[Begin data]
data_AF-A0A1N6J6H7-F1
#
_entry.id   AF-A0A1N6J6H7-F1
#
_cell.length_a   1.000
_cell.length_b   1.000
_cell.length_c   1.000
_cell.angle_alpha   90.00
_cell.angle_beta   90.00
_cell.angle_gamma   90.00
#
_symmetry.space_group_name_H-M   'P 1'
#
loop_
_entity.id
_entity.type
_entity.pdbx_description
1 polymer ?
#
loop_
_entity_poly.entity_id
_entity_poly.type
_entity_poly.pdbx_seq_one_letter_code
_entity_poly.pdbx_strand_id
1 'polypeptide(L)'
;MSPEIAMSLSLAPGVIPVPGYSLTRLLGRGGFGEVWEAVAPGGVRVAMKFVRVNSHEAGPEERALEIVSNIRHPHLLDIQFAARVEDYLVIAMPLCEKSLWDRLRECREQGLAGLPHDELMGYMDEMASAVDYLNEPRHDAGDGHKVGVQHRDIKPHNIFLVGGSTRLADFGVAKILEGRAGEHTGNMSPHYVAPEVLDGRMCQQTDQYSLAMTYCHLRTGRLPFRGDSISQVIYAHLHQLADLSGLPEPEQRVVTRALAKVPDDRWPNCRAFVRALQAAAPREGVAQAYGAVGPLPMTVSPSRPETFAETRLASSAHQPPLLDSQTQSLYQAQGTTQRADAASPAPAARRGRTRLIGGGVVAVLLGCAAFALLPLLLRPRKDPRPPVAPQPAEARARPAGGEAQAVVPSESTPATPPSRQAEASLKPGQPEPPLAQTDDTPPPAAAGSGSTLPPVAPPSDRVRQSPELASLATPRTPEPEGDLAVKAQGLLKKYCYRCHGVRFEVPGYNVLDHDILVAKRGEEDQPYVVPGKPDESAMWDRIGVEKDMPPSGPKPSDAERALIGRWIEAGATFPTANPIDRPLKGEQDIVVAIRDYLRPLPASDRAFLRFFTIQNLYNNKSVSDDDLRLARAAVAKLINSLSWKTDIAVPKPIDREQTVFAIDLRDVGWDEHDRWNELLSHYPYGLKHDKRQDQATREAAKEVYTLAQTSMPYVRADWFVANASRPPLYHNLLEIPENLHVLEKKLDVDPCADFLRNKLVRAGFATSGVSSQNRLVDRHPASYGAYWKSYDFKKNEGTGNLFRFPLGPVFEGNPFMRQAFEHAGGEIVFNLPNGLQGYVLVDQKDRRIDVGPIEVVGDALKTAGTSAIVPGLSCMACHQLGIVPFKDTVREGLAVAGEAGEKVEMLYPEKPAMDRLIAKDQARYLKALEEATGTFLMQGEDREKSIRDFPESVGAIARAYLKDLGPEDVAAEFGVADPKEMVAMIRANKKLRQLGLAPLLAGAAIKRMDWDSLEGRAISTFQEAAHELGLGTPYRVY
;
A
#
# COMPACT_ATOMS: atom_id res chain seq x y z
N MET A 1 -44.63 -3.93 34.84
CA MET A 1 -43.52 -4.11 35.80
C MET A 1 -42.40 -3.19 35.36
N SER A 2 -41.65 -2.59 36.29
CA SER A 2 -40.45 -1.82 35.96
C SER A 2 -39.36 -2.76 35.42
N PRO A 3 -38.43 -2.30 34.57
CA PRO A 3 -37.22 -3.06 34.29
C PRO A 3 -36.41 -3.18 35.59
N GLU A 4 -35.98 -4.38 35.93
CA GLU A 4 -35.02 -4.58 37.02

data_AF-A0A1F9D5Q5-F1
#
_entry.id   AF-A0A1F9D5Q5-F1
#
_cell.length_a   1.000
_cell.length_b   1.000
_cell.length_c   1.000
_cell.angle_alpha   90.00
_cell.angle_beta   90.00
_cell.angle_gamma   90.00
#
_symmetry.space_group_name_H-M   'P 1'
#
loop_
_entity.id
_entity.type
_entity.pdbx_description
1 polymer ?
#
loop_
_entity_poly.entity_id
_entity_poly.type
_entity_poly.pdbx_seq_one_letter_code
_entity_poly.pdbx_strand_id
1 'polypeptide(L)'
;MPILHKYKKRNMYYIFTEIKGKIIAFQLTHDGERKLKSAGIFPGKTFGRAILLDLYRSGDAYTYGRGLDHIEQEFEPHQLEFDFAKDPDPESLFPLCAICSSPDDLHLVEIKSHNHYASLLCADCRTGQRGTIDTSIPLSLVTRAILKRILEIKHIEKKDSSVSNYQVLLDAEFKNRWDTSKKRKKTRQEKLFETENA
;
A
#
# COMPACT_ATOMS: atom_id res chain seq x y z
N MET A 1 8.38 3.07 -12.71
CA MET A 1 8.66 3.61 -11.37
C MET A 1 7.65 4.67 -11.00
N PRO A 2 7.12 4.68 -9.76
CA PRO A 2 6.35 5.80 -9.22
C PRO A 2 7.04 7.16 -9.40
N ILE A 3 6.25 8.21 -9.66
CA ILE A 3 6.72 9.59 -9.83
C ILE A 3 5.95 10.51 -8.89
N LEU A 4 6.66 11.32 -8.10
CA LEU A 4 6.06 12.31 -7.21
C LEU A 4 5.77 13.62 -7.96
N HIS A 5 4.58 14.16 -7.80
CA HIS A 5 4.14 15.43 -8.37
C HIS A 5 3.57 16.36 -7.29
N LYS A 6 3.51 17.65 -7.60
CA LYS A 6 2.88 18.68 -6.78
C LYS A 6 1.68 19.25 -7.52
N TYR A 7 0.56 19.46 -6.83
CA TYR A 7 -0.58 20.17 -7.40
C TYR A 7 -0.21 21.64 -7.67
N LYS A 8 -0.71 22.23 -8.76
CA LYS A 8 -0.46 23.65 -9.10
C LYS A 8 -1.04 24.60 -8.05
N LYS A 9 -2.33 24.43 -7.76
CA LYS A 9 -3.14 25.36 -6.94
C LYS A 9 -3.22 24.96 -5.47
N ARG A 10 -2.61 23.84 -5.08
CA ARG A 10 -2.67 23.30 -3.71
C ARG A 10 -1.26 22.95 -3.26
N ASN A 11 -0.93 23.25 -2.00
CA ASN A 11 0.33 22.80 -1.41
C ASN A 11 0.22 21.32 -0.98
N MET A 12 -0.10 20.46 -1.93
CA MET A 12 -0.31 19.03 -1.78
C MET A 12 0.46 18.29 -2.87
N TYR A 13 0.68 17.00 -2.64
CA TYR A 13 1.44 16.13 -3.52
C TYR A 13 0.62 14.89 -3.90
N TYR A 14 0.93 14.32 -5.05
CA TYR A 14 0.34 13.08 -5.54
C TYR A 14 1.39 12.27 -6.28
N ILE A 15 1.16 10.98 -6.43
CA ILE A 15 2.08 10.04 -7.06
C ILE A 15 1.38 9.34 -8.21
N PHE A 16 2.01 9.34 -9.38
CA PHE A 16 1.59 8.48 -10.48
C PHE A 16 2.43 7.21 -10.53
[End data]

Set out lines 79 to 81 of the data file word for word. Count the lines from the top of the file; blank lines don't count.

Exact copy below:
CA ILE A 3 6.72 9.59 -9.83
C ILE A 3 5.95 10.51 -8.89
N LEU A 4 6.66 11.32 -8.10